Home / Appalachian Trail / AT Section Hike: Hannover, NH to Atwell Rd.

AT Section Hike: Hannover, NH to Atwell Rd.

I always make a point to go on a backpacking trip in April, even though it’s a chancy time for an overnight trip in New England. Winter is officially over but its remains still linger. Spring is officially here on the calendar, but you only catch glimpses of its bounty. This weekend was certainly no exception.

On Sunday evening, I returned from 3 day section hike on the Appalachian Trail in Western, New Hampshire, starting in Hannover, NH just over the Connecticut River from the NH/Vermont State line.Temperatures were unseasonably warm in the 80’s and 90’s, making this a sweat-fest of a hike, despite lingering high elevation ice and snow.

I was joined on the first half of this trip by another hiker whose trail name is Cross-country Mom. She’s completed major sections of the Long Trail and it turns out that we know some of the same hikers from that trail. She’d also been doing backpacks in the Whites over the past winter and has been an active day hiker and backpacker for years. We got along pretty well from the start, and as I was to discover, she’s about my age and we have a lot of things in common. Whenever she speaks, I’d swear she sounds like Joni Mitchell.

This was the first time we had met in person: I was leading this hike as an organizer for the New England Hikers and Adventurers Meetup group. It was the first hike in a series of Appalachian Trail section hikes, I’ll be leading during the year including a 4 day hike over the Mahoosics to Grafton Notch, and a 9 day trip through the 100 mile wilderness in Maine ending with a summit of Mt. Katadhin.

I was also doing a trail maintenance survey on this trip for the Dartmouth Outing Club which manages 73 miles of the Appalachian Trail including the section we were going to be hiking.The club’s AT coordinator, who is also a member of our meetup group, asked me to see to record the location of dangerous blow downs and parts the trail that required re-blazing, brushing, and water bar maintenance.

Our intended route was a 36 mile hike from Hannover over Moose Mountain, Smarts Mountain and Mt Cube. However, weather, safety conditions, and gear failure, required both of us to drop off the route at different points. There’s a lesson here: you have to know your limits, hike your own hike, and come back another day in more favorable conditions, if that’s what you have to do.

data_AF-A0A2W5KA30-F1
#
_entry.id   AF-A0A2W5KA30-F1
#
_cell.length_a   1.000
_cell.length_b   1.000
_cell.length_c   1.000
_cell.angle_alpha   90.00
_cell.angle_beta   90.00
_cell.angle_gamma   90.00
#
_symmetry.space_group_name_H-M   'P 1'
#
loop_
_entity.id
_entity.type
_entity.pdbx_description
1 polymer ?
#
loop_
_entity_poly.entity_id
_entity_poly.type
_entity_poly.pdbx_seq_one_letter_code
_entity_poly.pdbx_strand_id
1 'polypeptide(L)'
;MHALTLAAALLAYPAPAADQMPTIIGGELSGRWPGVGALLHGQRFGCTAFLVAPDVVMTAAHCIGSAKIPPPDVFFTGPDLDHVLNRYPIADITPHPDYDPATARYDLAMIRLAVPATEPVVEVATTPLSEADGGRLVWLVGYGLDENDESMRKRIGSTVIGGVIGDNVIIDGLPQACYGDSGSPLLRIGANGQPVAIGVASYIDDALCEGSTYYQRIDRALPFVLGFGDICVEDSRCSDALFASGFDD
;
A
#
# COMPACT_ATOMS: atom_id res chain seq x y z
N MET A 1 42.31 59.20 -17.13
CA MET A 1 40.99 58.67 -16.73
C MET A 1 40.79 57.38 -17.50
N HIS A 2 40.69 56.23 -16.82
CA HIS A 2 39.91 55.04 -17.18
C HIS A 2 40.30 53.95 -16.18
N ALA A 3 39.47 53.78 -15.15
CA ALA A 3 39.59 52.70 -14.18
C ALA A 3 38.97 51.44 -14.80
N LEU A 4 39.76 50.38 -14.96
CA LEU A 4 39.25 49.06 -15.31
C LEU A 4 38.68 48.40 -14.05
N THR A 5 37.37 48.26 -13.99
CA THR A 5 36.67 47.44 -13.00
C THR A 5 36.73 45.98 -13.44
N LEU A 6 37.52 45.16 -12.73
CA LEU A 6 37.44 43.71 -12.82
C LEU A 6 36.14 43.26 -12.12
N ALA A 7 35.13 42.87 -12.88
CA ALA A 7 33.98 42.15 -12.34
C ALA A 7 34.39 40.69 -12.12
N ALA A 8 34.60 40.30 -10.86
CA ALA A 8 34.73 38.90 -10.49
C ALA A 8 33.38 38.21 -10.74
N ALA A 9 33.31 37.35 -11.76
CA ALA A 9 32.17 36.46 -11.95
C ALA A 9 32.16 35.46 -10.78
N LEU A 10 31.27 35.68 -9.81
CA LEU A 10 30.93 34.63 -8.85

Day to Day mileage looked like this:

Day 1: Hike Hannover downtown parking garage to Moose Mountain Shelter: 11 miles

Day 2: Hike Moose Mountain Shelter to Smarts Mountain Shelter: 12.5 miles

Day 3: Hike Smarts Mountain Shelter to Jacobs Brook, South Branch.  Bushwack west to Quinttown Rd, Hike Qunittown Road. Hitchhike to Gilmans Corner. Hike Gilmans Corner to Atwell Rd.:  9 miles.

Day 1: Hannover, NH to Moose Mountain Shelter (11 miles)

I met Cross-country Mom off NH 25-A at 8:30 AM in Wentworth, NH and we drove up to the Atwell Rd Trail Head where we left my car. From there we drove south about 35 miles to Hannover, NH, home of Dartmouth College. I had found a parking garage where we could stash our other car that was half a block from Lebanon Street, which coincides with the path of the AT, so it was easy for us to get to the trail. Parking violations in Hannover are vigorously enforced, so if you start in town its best to leave your car in the garage unless you can arrange for parking elsewhere. You can park there overnight, but you need to pay in advance. Sunday parking in free.

We started hiking at 10:30 AM and already the day was starting to heat up. We hiked through Hannover and passed between a school and a Mobil station to reach the AT, which bordered a baseball diamond. The white blaze is painted on the corner of the fence surrounding the field. Not exactly obvious, but spotting town blazes is an acquired skill that I’ve developed. I guess it’s the hiker’s equivalent of reading gang graffiti.

From there we climbed 2 miles to the Velvet Rocks shelter trail, ascending about 750 ft.The area between Hannover and Velvet Rocks is heavily wooded and the trail blazes are surprisingly hard to follow. The area, just outside of town is clearly hiked a lot and I kept getting suckered into following the tread way, only to have to backtrack periodically to white blazes. A little more paint would be helpful.

Despite the grade, we walked at a slow but steady pace, though temperatures would heat up to the mid-80’s later in the day. We were both tired on this first day of the trip, having had to wake up early (5AM)  to meet and run the shuttle. Our destination for the day was 11 miles away, at the Moose Mountain Shelter, a fairly level walk over rolling meadows and woods until a 1,200 ft. climb up the Southern Peak of Moose Mountain, where we enjoyed a fine view.

Appalachian Trail - View from Moose Mountain, South Peak

It was still pretty early in the season for black flies, but they were just beginning to appear. I had a few land on me, but they weren’t biting just yet and I wasn’t bothered at all by them after that first day.

After another half mile, we stopped for the day at Moose Mountain Shelter, a nice log lean-to with a most unusual open-air privy.

Moose Mountain Privy

Cross-country Mom took the shelter and I set up a tarp tent on one of the tent sites. I’ve found that loud snoring is not a good way to cement a new friendship. After taking care of our chores and getting fresh water from the stream just north of camp, we cooked up a nice dinner. I had brought along some decadent experimental food on this trip, including Nutella sandwiches for lunch, and Trader Joe’s boil-in-the-bag Indian food for dinner. It was heavy carrying this all day, but it made my first night’s meal really special and yummy.